32 Summary of Processor History  1980: RISC (reduced instruction set computer)  CISC (complicated instruction set computer) vs. RISC  CISC family: Intel 80x86, Pentium; Motorola series  All others are RISC series.

33 Evolution of INTEL Processors 4004 (’71)-Pentium Pro (’93-)

34 INTEL zIntegrated Electronics y1968: founded by Robert Noyce and Gordon Moore yIA: Intel Architecture (e.g, IA-16, IA-32, IA-64) since 8008 (’72) had became the de facto standard zEvolution: xInternal register sizes xExternal bus widths xReal, Protected, and Virtual 8086 modes

35 4-bit Processors z4004 yfirst microprocessor ybecame available in 1971 y4-bit microprocessor: x4-bit registers & 4-bit data bus x#transistors: 2250 xMin. feature size: 10 microns xAddress bus: 10 bits/1K x0.06 MIPS MHz) xNo internal cache

36 8-bit Processors z8008, 8080, 8085 ybecame available in 1974 y8-bit microprocessor 8080

37 8086: IA standard zBecame available in 1978 y16-bit data bus y20-bit address bus (was 16-bit for 8080) ymemory organization: 16 segments of 64KB (1 MB limit) zRe-organize CPU into BIU (bus interface unit) and EU (execution unit) yAllow fetch and execution simultaneously zInternal register expanded to 16-bit yAllow access of low/high byte separately

38 8086 zHardware multiply and divide instructions zExternal math co-processor zInstruction set compatible with 8080/8085 z8086: defined the 80x86 architecture

39 8086 zNot quite successful y16-bit data bus: Requires two separate 8-bit memory banks yMemory chips were expensive

40 8088: PC standard zBecame available in 1979, almost identical to 8086 z8-bit data bus: for hardware compatibility with 8080 z16-bit internal registers and data bus (same as 8086) z20-bit address bus (was 16-bit for 8080) yBIU re-designed zmemory organization: 16 segments of 64KB (1 MB limit) yTwo memory accesses for 16-bit data (less efficient) yBut less cost z8088: used by IBM PC (1982), 16K-64K, 4.77MHz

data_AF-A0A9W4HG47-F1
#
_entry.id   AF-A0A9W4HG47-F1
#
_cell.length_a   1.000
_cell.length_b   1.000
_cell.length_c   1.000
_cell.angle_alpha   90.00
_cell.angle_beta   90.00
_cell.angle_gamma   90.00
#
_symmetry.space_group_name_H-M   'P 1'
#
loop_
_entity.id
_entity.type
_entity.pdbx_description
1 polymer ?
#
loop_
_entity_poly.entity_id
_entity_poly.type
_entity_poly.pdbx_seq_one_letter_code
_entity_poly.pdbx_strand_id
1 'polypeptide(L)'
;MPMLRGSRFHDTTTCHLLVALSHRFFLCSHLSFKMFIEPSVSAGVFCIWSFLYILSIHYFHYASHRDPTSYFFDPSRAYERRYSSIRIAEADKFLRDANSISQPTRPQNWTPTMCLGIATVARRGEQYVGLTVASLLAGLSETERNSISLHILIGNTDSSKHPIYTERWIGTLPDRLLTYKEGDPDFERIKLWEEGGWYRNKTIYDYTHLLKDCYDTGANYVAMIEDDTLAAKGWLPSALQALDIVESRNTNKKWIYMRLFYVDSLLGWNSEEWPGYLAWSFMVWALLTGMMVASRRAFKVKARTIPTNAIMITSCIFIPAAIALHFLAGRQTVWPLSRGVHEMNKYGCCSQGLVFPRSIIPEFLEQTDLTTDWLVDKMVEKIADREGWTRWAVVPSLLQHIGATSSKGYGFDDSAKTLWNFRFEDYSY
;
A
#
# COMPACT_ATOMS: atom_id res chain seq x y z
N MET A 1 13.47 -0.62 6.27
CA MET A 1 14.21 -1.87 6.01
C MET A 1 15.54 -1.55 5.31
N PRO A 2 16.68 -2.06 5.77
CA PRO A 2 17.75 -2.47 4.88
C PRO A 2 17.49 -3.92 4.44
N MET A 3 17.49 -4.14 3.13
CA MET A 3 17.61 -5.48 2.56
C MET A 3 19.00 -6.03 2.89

41 80186, 80188: High Integration CPU zPC system: y8088 CPU + various supporting chips xClock generator x8251: serial IO (RS232) x8253: timer/counter x8255: PPI (programmable periphial interface) x8257: DMA controller x8259: interrupt controller z80186/80188: 8086/ supporting functions yCompatible instruction set (+ 9 new instructions)

42 80286 zBecame available in 1982 zused in IBM AT computer (1984) z16-bit data bus zclock speed 25% faster than 8088, throughput 5 times greater than 8088 z24-bit address bus (16 MB) (vs. 20-bit/1M 8086)

43 80286: Real vs. Protected Modes zLarger address space: 24-bit address bus yReal Mode vs. Protected Mode zReal Mode: yPower on default mode yFunction like a 8086: use 20-bit least significant address lines (1M) ySoftware compatible with 286 y16 new instructions (for Protected Mode management) yFaster 286: redesigned processor, plus higher clock rate (6-8MHz)